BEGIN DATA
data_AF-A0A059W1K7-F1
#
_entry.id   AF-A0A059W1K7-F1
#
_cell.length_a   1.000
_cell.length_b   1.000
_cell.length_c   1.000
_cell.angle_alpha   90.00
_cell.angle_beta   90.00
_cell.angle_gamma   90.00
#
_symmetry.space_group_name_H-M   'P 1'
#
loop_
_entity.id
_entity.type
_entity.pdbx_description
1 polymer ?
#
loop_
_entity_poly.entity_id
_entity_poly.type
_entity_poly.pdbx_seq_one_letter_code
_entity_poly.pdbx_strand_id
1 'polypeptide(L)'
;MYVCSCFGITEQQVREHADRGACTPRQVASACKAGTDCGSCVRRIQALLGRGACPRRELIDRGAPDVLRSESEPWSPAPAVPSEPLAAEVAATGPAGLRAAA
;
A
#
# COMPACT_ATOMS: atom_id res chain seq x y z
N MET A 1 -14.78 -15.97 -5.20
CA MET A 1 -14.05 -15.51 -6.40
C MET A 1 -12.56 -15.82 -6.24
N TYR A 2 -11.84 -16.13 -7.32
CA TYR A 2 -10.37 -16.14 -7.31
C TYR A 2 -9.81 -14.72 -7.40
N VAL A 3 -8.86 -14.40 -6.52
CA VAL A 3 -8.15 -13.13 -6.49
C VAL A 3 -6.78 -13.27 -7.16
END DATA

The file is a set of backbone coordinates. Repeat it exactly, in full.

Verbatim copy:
data_AF-A0A059W1K7-F1
#
_entry.id   AF-A0A059W1K7-F1
#
_cell.length_a   1.000
_cell.length_b   1.000
_cell.length_c   1.000
_cell.angle_alpha   90.00
_cell.angle_beta   90.00
_cell.angle_gamma   90.00
#
_symmetry.space_group_name_H-M   'P 1'
#
loop_
_entity.id
_entity.type
_entity.pdbx_description
1 polymer ?
#
loop_
_entity_poly.entity_id
_entity_poly.type
_entity_poly.pdbx_seq_one_letter_code
_entity_poly.pdbx_strand_id
1 'polypeptide(L)'
;MYVCSCFGITEQQVREHADRGACTPRQVASACKAGTDCGSCVRRIQALLGRGACPRRELIDRGAPDVLRSESEPWSPAPAVPSEPLAAEVAATGPAGLRAAA
;
A
#
# COMPACT_ATOMS: atom_id res chain seq x y z
N MET A 1 -14.78 -15.97 -5.20
CA MET A 1 -14.05 -15.51 -6.40
C MET A 1 -12.56 -15.82 -6.24
N TYR A 2 -11.84 -16.13 -7.32
CA TYR A 2 -10.37 -16.14 -7.31
C TYR A 2 -9.81 -14.72 -7.40
N VAL A 3 -8.86 -14.40 -6.52
CA VAL A 3 -8.15 -13.13 -6.49
C VAL A 3 -6.78 -13.27 -7.16